Archaeologists have uncovered the ruins of a dwelling that was built up to 800 years ago during the Aztec Empire in the Centro neighborhood of Mexico City, Mexico, during works to modernize the area.
The centuries-old abode was discovered by archaeologists and construction workers ahead of an initiative to update electrical power substations.
The dwelling is believed to date from the late Postclassic period (A.D. 1200 to 1521) and would have been located on the border of two neighborhoods in the city of Tenochtitlan, the capital of the Aztec Empire, according to a statement from Mexico's National Institute of Anthropology and History (INAH). It spans over 4,300 square feet (400 square meters), or about half the size of a baseball diamond.
During the late Postclassic, the area that is now being excavated was a residential and agricultural center, and archaeologists at the site also found the remains of channels and a jetty (a platform where boats stop to load or unload) used in the Aztec chinampa method of farming. The chinampa technique involved growing crops on small areas of artificial land (sometimes referred to as floating gardens) on shallow lake beds.
Archaeologists found more Aztec artifacts in the residential area of the excavations. Under the Aztec building's thick adobe floors, the excavation team found a pair of funerary vessels that contain the bone remains of infants, as well as several burials associated with an offering of censers (vessels in which incense is burned), whorls (a spinning machine or spindle) and spinning tools.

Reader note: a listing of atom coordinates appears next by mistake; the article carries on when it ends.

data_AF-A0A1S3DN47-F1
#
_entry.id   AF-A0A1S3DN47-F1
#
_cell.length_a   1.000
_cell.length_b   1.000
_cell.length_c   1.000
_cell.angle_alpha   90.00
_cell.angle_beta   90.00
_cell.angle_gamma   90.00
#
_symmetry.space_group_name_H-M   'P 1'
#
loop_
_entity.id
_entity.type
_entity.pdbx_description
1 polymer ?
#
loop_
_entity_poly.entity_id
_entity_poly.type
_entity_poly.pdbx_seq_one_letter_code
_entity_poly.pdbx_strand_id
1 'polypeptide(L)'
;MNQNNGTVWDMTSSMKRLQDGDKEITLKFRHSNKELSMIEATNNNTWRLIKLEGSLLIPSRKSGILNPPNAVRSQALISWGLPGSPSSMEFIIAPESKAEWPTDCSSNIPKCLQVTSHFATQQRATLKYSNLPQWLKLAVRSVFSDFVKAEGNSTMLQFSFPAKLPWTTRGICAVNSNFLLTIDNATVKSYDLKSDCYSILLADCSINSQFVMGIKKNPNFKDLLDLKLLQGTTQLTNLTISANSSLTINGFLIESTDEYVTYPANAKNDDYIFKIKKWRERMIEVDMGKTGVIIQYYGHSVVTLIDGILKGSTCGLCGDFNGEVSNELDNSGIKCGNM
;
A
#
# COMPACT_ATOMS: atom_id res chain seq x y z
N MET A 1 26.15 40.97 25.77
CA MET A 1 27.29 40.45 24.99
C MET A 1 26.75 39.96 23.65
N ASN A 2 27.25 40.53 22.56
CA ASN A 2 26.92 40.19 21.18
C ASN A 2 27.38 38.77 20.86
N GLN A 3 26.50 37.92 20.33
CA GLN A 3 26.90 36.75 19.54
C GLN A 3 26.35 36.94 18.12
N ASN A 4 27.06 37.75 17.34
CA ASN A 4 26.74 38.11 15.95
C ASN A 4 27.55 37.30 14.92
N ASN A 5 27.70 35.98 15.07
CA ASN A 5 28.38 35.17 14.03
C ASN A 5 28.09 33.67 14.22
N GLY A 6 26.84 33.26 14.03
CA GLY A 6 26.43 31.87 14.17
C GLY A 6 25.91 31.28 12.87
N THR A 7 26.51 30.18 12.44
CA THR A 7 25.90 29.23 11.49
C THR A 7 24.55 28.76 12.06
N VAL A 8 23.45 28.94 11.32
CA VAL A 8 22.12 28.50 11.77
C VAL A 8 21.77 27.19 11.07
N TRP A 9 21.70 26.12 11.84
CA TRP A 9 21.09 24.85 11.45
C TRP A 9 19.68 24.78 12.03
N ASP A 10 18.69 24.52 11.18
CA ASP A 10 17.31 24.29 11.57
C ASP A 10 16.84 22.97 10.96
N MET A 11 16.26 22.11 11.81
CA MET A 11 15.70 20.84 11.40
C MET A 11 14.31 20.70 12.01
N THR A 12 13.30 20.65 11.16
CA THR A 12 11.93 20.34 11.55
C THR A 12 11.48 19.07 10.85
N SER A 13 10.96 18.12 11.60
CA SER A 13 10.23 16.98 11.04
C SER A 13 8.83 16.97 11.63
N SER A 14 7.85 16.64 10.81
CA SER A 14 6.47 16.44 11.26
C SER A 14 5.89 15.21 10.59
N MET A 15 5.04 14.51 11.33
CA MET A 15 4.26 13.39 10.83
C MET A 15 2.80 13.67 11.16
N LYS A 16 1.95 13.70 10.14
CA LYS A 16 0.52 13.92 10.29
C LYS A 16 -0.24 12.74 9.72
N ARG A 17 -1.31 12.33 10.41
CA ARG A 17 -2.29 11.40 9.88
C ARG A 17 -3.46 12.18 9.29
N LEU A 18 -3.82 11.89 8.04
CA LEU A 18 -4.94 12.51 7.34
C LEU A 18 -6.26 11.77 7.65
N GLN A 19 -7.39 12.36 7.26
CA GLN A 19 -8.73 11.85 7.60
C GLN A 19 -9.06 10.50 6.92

The researchers also unearthed a stone statue that stands just over 23.5 inches (60 centimeters) tall. The statue, also from the late Postclassic period, depicts a man wearing a loincloth who looks as if he is throwing something. Archaeologists believe that the statue may have been unfinished, as it lacks polish on the body, and they speculated that it may have been hidden at the time of Spanish intervention in the Aztec Empire, which began around A.D. 1521 according to the statement.
Investigations into the remains of the dwelling also show evidence of a saddlery and ceramic workshop, which existed on the site in the colonial era of the 16th and 17th centuries.
During the 19th century, it's possible that part of this site was used as public baths, archaeologist Alicia Bracamontes Cruz, who is involved with the excavation, said in the statement. Researchers uncovered remnants of these baths, including bathroom tile floors and a drainage system. It's likely that wealthy people used these baths, according to descriptions in the chronicles of José María Marroquí, a 19th-century Mexican physician and historian.
Archaeological work is expected to continue in the area as a pipeline bank is constructed to go inside the new substation.
Originally published on Live Science.
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Emily is the Staff Writer at All About History magazine, writing and researching for the magazine's content. She has a Bachelor of Arts degree in History from the University of York and a Master of Arts degree in Journalism from the University of Sheffield. Her historical interests include Early Modern and Renaissance Europe, and the history of popular culture.